Denton Journal from Denton, Maryland on October 29, 1938 · Page 4
Get access to this page with a Free Trial

Denton Journal from Denton, Maryland · Page 4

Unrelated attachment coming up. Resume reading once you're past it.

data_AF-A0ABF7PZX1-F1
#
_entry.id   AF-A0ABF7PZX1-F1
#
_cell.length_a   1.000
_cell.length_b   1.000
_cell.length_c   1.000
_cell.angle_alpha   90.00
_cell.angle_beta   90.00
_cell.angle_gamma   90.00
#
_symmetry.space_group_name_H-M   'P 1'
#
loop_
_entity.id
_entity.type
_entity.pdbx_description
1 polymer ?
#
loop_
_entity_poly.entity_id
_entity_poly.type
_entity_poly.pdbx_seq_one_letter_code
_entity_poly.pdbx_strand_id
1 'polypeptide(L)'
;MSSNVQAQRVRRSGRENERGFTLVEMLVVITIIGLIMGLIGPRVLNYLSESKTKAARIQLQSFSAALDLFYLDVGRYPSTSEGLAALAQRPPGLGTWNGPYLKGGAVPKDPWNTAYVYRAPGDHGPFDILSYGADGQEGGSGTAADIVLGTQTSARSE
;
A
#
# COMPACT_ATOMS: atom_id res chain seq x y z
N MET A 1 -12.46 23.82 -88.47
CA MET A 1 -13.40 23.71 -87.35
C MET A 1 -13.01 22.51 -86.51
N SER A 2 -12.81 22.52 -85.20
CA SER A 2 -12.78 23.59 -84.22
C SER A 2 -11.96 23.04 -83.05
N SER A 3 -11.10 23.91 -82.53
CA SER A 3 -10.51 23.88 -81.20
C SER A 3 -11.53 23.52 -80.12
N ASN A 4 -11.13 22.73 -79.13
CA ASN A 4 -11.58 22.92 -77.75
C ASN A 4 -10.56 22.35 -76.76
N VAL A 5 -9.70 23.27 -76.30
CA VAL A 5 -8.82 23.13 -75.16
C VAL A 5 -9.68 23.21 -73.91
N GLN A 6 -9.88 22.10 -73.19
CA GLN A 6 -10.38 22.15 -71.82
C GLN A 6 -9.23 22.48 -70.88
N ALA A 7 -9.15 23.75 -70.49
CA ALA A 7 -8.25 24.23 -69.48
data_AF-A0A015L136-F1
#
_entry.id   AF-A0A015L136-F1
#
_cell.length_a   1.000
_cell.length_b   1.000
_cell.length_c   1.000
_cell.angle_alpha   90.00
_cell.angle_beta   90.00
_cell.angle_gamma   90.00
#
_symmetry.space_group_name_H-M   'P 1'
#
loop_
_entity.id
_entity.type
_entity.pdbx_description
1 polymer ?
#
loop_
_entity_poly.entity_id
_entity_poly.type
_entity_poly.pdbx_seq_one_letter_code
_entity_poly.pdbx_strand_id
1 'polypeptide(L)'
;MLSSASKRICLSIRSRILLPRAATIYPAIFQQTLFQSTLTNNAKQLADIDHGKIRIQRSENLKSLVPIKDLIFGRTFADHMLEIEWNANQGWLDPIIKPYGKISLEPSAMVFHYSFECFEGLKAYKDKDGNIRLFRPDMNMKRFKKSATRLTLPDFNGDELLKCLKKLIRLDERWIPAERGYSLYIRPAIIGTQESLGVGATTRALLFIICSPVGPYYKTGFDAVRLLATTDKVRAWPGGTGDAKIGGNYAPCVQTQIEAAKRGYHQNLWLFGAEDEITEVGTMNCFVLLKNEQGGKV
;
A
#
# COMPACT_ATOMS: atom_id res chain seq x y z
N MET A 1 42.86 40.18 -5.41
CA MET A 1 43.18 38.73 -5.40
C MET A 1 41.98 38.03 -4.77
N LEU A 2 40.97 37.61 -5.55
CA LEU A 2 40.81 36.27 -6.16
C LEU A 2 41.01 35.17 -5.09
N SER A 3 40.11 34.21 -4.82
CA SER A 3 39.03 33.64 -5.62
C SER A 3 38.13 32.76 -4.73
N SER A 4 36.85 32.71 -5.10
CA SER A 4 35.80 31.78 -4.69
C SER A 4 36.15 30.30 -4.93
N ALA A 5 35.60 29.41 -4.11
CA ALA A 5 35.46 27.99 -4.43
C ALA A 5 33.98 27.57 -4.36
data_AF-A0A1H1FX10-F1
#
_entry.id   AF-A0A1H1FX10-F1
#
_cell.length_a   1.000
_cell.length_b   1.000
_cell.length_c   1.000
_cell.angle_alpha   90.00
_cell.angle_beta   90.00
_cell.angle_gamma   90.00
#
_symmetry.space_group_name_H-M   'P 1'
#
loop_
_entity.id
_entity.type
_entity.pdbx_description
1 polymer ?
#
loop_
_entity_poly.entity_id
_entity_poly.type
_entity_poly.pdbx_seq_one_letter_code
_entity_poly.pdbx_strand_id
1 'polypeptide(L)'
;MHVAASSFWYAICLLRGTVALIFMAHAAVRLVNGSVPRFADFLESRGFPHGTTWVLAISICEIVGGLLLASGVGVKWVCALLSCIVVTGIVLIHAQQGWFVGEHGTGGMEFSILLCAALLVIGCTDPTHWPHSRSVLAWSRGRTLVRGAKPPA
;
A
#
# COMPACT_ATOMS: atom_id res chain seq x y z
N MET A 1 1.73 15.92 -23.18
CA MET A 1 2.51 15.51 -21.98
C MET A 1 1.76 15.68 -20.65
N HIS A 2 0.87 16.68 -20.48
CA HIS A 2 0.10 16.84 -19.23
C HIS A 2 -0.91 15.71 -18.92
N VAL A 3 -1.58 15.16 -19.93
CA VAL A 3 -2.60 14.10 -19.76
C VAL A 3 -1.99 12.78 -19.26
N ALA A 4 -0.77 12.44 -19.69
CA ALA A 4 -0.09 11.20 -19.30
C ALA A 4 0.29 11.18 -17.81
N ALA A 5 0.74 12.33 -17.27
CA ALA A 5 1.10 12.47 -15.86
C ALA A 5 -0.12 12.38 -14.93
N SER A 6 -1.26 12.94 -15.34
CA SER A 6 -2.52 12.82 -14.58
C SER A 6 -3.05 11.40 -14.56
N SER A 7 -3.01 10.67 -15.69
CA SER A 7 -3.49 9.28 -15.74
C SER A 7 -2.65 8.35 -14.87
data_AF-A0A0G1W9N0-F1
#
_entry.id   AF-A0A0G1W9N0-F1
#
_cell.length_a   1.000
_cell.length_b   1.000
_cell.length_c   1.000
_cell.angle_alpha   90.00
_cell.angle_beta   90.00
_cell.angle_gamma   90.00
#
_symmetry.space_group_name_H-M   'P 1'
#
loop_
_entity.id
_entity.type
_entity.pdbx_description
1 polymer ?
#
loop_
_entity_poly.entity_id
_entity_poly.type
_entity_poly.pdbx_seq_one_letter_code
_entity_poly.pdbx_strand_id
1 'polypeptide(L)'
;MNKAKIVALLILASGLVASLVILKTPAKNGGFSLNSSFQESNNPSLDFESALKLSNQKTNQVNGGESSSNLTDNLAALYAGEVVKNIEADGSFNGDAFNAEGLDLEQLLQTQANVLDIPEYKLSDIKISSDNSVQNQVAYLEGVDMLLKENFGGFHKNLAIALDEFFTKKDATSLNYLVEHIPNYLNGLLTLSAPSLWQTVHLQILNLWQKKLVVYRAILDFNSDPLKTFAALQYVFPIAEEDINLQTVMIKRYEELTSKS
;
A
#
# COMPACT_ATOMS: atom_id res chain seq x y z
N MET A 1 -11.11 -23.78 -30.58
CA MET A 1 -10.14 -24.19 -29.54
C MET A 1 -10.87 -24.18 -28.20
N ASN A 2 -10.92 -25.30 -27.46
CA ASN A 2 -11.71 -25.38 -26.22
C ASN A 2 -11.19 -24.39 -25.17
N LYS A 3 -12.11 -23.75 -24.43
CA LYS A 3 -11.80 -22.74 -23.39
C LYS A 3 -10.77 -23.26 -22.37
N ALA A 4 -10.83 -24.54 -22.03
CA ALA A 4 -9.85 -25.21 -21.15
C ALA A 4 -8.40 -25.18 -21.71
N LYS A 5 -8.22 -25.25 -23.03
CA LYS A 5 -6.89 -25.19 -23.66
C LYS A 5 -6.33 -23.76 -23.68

Publication:
Location:
Denton, Maryland
Issue Date:
Saturday, October 29, 1938
Page:
Page 4
Start Free Trial
Cancel